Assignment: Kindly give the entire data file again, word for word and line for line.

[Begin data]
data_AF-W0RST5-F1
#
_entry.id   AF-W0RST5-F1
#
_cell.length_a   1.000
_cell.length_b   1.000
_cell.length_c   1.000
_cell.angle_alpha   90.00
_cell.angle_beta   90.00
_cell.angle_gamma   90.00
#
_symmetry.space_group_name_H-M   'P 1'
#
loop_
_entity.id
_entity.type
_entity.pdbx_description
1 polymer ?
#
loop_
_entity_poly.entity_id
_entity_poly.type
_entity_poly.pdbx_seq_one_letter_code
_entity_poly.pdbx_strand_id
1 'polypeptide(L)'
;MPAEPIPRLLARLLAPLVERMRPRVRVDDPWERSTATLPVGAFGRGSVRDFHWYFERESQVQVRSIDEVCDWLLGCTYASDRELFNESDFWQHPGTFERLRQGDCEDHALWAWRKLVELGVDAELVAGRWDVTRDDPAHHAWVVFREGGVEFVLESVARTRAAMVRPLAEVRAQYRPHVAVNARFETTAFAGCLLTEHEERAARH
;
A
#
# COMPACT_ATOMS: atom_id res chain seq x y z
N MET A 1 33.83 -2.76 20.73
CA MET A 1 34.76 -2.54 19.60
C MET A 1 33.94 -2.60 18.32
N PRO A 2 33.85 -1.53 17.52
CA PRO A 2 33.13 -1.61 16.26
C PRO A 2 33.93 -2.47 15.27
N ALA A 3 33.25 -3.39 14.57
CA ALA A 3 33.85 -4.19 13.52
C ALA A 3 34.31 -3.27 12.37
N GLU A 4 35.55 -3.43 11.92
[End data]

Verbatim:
data_AF-W0RST5-F1
#
_entry.id   AF-W0RST5-F1
#
_cell.length_a   1.000
_cell.length_b   1.000
_cell.length_c   1.000
_cell.angle_alpha   90.00
_cell.angle_beta   90.00
_cell.angle_gamma   90.00
#
_symmetry.space_group_name_H-M   'P 1'
#
loop_
_entity.id
_entity.type
_entity.pdbx_description
1 polymer ?
#
loop_
_entity_poly.entity_id
_entity_poly.type
_entity_poly.pdbx_seq_one_letter_code
_entity_poly.pdbx_strand_id
1 'polypeptide(L)'
;MPAEPIPRLLARLLAPLVERMRPRVRVDDPWERSTATLPVGAFGRGSVRDFHWYFERESQVQVRSIDEVCDWLLGCTYASDRELFNESDFWQHPGTFERLRQGDCEDHALWAWRKLVELGVDAELVAGRWDVTRDDPAHHAWVVFREGGVEFVLESVARTRAAMVRPLAEVRAQYRPHVAVNARFETTAFAGCLLTEHEERAARH
;
A
#
# COMPACT_ATOMS: atom_id res chain seq x y z
N MET A 1 33.83 -2.76 20.73
CA MET A 1 34.76 -2.54 19.60
C MET A 1 33.94 -2.60 18.32
N PRO A 2 33.85 -1.53 17.52
CA PRO A 2 33.13 -1.61 16.26
C PRO A 2 33.93 -2.47 15.27
N ALA A 3 33.25 -3.39 14.57
CA ALA A 3 33.85 -4.19 13.52
C ALA A 3 34.31 -3.27 12.37
N GLU A 4 35.55 -3.43 11.92